Then, on partisanship:

Partisan politics is what the Founders had in mind. It guarantees that the minority opinion is heard, and as a lifelong possessor of minority opinions, I appreciate it. But if you’re troubled by it, Governor, you should know in this campaign, you’ve used the word liberal 74 times in one day. It was yesterday.

February 22, 2006

Tax Cuts

February 25, 2006

Vatican Finances

This was originally an email, but I thought it might be useful to turn into a blog post as well.

Anyway, I was asked the question:

So are you okay with the fact that the Vatican is so wealthy?

To which I responded:

HEH. This is an awfully loaded question, isn’t it? Like the question “when did you stop beating your wife?”, it presumes that I agree with the underlying assertion.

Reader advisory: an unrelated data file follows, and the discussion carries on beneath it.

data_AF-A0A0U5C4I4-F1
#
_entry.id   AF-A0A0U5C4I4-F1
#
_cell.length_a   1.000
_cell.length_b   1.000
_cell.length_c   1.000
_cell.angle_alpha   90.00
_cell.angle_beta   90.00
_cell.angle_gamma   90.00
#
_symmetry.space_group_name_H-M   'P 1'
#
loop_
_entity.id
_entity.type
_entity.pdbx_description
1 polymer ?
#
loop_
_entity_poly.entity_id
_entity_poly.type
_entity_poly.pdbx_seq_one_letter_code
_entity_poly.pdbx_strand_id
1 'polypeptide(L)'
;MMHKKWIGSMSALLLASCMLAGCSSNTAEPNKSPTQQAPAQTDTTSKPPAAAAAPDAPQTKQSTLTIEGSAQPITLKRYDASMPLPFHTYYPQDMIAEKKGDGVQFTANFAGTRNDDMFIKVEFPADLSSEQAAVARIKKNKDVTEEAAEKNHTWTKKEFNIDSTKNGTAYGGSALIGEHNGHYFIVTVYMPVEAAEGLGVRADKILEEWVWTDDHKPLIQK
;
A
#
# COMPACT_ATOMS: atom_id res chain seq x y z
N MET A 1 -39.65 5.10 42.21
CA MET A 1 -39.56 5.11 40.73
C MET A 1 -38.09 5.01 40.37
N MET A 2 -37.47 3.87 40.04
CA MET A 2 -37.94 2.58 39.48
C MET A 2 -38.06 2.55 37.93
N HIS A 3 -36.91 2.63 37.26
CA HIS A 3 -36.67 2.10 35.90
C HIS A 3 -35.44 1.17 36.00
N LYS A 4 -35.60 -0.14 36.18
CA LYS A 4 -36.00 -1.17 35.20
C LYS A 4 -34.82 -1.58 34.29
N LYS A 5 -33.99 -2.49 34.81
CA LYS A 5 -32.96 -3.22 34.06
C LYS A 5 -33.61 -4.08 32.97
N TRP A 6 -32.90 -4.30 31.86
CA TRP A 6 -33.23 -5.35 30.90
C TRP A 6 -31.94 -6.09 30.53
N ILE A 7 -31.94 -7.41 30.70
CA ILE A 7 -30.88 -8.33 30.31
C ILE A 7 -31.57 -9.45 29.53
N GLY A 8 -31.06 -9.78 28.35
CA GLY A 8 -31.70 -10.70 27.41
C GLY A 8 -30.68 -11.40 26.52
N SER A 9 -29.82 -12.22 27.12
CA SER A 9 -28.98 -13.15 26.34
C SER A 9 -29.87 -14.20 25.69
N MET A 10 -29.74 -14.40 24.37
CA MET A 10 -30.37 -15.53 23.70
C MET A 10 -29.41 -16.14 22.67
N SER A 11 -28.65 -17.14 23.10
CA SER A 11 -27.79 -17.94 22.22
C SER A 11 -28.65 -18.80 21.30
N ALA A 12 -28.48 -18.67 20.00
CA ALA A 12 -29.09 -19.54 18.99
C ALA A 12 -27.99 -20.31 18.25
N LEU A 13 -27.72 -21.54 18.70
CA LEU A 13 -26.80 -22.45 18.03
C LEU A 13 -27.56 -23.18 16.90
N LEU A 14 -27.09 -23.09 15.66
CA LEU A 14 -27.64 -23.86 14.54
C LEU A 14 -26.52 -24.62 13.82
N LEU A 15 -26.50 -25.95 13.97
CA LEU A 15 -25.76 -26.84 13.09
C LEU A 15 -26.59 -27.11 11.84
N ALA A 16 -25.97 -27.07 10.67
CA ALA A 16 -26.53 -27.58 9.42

The underlying assertion in this question is yet another lovely myth that many Protestants love to throw around when they’re feeling jealous or need a new reason to call Catholics evil (“those Catholics are supposedly charitable, but look how astoundingly wealthy they are; they’re just sitting on it when they could be giving more money to the poor”—as an insult, it’s right up there with “the Pope is the anti-christ, and therefore all unrepentant Catholics are condemned to eternal damnation” (before you laugh, yes this is the viewpoint of several variants of protestants, especially several Baptist variants who follow the Epistle of John very literally)). Before I get into the details, lets think about this logically: the Vatican is the command-center for a vast organization supported exclusively by donations for at least the last several centuries. They do massive charitable works and have astoundingly large expenses for upkeep and restoration of their very old historical headquarters. How wealthy do you suppose they really are?